By Ken Wallingford
The Bicycle Action Committee met with members of the Halifax community on Wednesday, March 23, to discuss plans for several new bike paths across the Peninsula.
The committee was formed in November when city council voted to set-up a group that would guide discussions for bike path options with community members.
Mark Nener, a community planner with the Dalhousie Architecture and Planning Department and one of the leading members of the Bicycle Action Committee, presented several options for north-to-south and east-to-west pathways throughout the Halifax region.
One of the main routes discussed was University Avenue.
Mark Nener explains the plan for University Avenue as proposed by the Dalhousie Cities and Environment Unit.
The Dalhousie Sustainability Department proposed a different option for bike lanes on University Avenue. They suggest eliminating the grass median between the two lanes of traffic to make one roadway for the cars and a separate path for both bikes and pedestrians.
Rocky Lis, an avid cyclist from Vancouver who moved to Halifax seven weeks ago, says that Halifax is behind on its cycling infrastructure.
“Vancouver has been working on this for a decade, maybe more,” says Lis.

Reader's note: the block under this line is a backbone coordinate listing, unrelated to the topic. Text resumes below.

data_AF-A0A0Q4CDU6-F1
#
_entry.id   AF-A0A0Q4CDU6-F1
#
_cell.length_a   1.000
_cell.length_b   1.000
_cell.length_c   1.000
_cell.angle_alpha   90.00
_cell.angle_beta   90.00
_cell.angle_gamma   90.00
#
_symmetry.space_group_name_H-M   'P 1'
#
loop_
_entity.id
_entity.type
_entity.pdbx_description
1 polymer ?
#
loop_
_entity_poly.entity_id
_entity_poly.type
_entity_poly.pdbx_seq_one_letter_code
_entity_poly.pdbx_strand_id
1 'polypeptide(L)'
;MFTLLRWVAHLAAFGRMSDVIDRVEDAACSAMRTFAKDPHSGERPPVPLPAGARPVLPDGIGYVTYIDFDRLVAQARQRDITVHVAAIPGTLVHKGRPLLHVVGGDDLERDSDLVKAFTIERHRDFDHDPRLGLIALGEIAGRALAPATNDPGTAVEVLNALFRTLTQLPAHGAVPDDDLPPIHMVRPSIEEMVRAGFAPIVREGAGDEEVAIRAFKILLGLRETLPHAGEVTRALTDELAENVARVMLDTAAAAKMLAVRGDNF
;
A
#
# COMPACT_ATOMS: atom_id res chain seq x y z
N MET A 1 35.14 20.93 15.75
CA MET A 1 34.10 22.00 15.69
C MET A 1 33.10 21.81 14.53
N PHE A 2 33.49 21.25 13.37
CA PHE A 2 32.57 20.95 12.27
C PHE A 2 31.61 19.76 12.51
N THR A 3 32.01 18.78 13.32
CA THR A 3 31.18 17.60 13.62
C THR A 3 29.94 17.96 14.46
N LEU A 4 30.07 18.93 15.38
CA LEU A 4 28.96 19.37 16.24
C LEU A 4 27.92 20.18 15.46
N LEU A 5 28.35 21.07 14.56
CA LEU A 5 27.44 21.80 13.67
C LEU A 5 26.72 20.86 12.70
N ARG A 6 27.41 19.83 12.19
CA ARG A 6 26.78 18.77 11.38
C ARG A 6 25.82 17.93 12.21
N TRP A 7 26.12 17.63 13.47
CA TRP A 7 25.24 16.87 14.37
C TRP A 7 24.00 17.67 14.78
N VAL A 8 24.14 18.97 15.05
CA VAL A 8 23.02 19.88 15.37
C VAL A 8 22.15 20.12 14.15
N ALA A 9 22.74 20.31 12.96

Lis lists several reasons for Halifax being behind Vancouver in this area, including climate, economy, and population differences.
“There’s a lot of people wanting to bike here, but they’re afraid because there’s no laid out bike paths, and drivers aren’t educated on how to deal with cyclists,” says Lis. “It’s only a matter of educating both cyclists and drivers.”
The biggest deal-breaker, according to Lis, is the lack of political support. She says with political support, bike paths could be be built much faster, as they were in Vancouver.
“Taking away parking … will raise big rejection from drivers, but if the government holds strong on its decision, then there will be no delay.”
Dianne MacPhee and Sally Wood both commute from home to work via bicycle almost everyday.
“I try to bike year round, but it depends on the year,” says Wood. “Usually January and February I don’t bike because of the ice and snow.”
Both women agreed that the city needs safer bike routes.
“There are people who say to me all the time that they admire me because I bike, and they are too afraid to,” says MacPhee.
MacPhee, Wood, and Lis all agree there needs to be more full paths that go from one end of the city to another. While some bike paths exist currently, Lis says they need to more connected.
“I’d like to see more cross-town connectors. There are efforts to make stretches of paths, but we need connections that flow,” says Lis.
Steve Bedard, the co-chair of the Halifax Cycling Coalition, also emphasizes the importance of a connecting path across the city.
“People are looking to commute with their bikes, but there is no way to penetrate to the high impact areas,” says Bedard.
He says he hears a lot of horror stories about biking that makes it sound much worse than it is.
“I think it’s scarier for cars,” he says.